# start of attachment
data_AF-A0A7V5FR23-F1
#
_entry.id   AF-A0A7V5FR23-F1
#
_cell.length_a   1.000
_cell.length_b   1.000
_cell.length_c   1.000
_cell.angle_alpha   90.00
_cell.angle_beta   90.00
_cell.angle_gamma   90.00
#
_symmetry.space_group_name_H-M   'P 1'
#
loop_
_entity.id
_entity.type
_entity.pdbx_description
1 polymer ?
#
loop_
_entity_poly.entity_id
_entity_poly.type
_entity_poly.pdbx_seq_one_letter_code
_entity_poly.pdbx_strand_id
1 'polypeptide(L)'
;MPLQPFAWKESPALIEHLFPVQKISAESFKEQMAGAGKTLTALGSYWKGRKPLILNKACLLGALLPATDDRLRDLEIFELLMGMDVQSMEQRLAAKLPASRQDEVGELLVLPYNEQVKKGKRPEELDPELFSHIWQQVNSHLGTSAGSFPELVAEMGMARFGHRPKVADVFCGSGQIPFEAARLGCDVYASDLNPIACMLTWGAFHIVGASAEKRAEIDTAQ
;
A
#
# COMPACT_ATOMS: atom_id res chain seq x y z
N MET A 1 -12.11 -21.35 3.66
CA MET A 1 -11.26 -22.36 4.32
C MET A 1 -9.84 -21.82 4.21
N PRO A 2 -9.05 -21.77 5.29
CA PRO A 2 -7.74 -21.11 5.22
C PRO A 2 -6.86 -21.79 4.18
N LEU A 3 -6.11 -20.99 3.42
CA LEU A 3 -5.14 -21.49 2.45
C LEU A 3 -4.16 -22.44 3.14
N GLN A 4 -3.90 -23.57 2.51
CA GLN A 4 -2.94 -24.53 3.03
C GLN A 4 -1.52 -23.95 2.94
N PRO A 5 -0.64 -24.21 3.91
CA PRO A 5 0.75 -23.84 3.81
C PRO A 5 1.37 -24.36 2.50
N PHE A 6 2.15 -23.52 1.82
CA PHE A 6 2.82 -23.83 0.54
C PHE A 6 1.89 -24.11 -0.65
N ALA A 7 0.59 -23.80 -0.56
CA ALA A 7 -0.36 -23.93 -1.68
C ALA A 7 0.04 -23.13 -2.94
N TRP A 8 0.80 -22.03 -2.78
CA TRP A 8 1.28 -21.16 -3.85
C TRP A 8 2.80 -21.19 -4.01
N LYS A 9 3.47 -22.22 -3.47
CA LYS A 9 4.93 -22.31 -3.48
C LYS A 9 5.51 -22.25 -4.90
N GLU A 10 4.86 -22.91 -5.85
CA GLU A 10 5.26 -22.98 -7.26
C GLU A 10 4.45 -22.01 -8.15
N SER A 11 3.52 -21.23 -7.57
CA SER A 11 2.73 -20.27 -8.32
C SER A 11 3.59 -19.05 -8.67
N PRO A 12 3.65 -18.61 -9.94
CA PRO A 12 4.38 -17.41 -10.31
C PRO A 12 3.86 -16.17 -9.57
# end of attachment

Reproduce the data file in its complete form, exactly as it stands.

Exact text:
data_AF-A0A7V5FR23-F1
#
_entry.id   AF-A0A7V5FR23-F1
#
_cell.length_a   1.000
_cell.length_b   1.000
_cell.length_c   1.000
_cell.angle_alpha   90.00
_cell.angle_beta   90.00
_cell.angle_gamma   90.00
#
_symmetry.space_group_name_H-M   'P 1'
#
loop_
_entity.id
_entity.type
_entity.pdbx_description
1 polymer ?
#
loop_
_entity_poly.entity_id
_entity_poly.type
_entity_poly.pdbx_seq_one_letter_code
_entity_poly.pdbx_strand_id
1 'polypeptide(L)'
;MPLQPFAWKESPALIEHLFPVQKISAESFKEQMAGAGKTLTALGSYWKGRKPLILNKACLLGALLPATDDRLRDLEIFELLMGMDVQSMEQRLAAKLPASRQDEVGELLVLPYNEQVKKGKRPEELDPELFSHIWQQVNSHLGTSAGSFPELVAEMGMARFGHRPKVADVFCGSGQIPFEAARLGCDVYASDLNPIACMLTWGAFHIVGASAEKRAEIDTAQ
;
A
#
# COMPACT_ATOMS: atom_id res chain seq x y z
N MET A 1 -12.11 -21.35 3.66
CA MET A 1 -11.26 -22.36 4.32
C MET A 1 -9.84 -21.82 4.21
N PRO A 2 -9.05 -21.77 5.29
CA PRO A 2 -7.74 -21.11 5.22
C PRO A 2 -6.86 -21.79 4.18
N LEU A 3 -6.11 -20.99 3.42
CA LEU A 3 -5.14 -21.49 2.45
C LEU A 3 -4.16 -22.44 3.14
N GLN A 4 -3.90 -23.57 2.51
CA GLN A 4 -2.94 -24.53 3.03
C GLN A 4 -1.52 -23.95 2.94
N PRO A 5 -0.64 -24.21 3.91
CA PRO A 5 0.75 -23.84 3.81
C PRO A 5 1.37 -24.36 2.50
N PHE A 6 2.15 -23.52 1.82
CA PHE A 6 2.82 -23.83 0.54
C PHE A 6 1.89 -24.11 -0.65
N ALA A 7 0.59 -23.80 -0.56
CA ALA A 7 -0.36 -23.93 -1.68
C ALA A 7 0.04 -23.13 -2.94
N TRP A 8 0.80 -22.03 -2.78
CA TRP A 8 1.28 -21.16 -3.85
C TRP A 8 2.80 -21.19 -4.01
N LYS A 9 3.47 -22.22 -3.47
CA LYS A 9 4.93 -22.31 -3.48
C LYS A 9 5.51 -22.25 -4.90
N GLU A 10 4.86 -22.91 -5.85
CA GLU A 10 5.26 -22.98 -7.26
C GLU A 10 4.45 -22.01 -8.15
N SER A 11 3.52 -21.23 -7.57
CA SER A 11 2.73 -20.27 -8.32
C SER A 11 3.59 -19.05 -8.67
N PRO A 12 3.65 -18.61 -9.94
CA PRO A 12 4.38 -17.41 -10.31
C PRO A 12 3.86 -16.17 -9.57